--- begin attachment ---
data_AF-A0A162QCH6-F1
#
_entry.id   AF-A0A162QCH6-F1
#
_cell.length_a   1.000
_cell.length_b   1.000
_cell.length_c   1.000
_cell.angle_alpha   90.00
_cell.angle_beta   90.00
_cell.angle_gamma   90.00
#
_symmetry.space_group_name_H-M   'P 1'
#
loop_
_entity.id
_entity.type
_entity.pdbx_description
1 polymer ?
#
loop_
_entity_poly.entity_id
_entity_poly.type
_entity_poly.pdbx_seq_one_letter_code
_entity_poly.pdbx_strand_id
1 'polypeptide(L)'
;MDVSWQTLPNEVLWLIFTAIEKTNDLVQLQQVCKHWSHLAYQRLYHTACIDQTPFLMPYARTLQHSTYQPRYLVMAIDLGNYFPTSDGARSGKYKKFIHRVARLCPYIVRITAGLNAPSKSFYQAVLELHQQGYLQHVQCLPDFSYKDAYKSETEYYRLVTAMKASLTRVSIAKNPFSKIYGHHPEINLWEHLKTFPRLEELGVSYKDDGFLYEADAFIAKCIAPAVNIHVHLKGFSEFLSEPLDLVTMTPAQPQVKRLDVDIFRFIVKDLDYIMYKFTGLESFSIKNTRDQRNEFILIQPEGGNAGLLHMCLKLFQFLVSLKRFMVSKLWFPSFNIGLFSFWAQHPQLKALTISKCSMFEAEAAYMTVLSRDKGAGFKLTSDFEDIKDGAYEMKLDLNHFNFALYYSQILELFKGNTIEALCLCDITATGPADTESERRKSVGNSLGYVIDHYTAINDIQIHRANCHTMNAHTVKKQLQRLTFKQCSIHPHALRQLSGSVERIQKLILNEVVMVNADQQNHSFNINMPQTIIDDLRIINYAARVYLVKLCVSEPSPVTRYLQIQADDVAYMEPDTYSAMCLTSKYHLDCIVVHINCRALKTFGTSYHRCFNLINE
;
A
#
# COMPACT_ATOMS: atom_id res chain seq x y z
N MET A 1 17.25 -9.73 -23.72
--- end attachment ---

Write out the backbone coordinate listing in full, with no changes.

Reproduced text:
data_AF-A0A162QCH6-F1
#
_entry.id   AF-A0A162QCH6-F1
#
_cell.length_a   1.000
_cell.length_b   1.000
_cell.length_c   1.000
_cell.angle_alpha   90.00
_cell.angle_beta   90.00
_cell.angle_gamma   90.00
#
_symmetry.space_group_name_H-M   'P 1'
#
loop_
_entity.id
_entity.type
_entity.pdbx_description
1 polymer ?
#
loop_
_entity_poly.entity_id
_entity_poly.type
_entity_poly.pdbx_seq_one_letter_code
_entity_poly.pdbx_strand_id
1 'polypeptide(L)'
;MDVSWQTLPNEVLWLIFTAIEKTNDLVQLQQVCKHWSHLAYQRLYHTACIDQTPFLMPYARTLQHSTYQPRYLVMAIDLGNYFPTSDGARSGKYKKFIHRVARLCPYIVRITAGLNAPSKSFYQAVLELHQQGYLQHVQCLPDFSYKDAYKSETEYYRLVTAMKASLTRVSIAKNPFSKIYGHHPEINLWEHLKTFPRLEELGVSYKDDGFLYEADAFIAKCIAPAVNIHVHLKGFSEFLSEPLDLVTMTPAQPQVKRLDVDIFRFIVKDLDYIMYKFTGLESFSIKNTRDQRNEFILIQPEGGNAGLLHMCLKLFQFLVSLKRFMVSKLWFPSFNIGLFSFWAQHPQLKALTISKCSMFEAEAAYMTVLSRDKGAGFKLTSDFEDIKDGAYEMKLDLNHFNFALYYSQILELFKGNTIEALCLCDITATGPADTESERRKSVGNSLGYVIDHYTAINDIQIHRANCHTMNAHTVKKQLQRLTFKQCSIHPHALRQLSGSVERIQKLILNEVVMVNADQQNHSFNINMPQTIIDDLRIINYAARVYLVKLCVSEPSPVTRYLQIQADDVAYMEPDTYSAMCLTSKYHLDCIVVHINCRALKTFGTSYHRCFNLINE
;
A
#
# COMPACT_ATOMS: atom_id res chain seq x y z
N MET A 1 17.25 -9.73 -23.72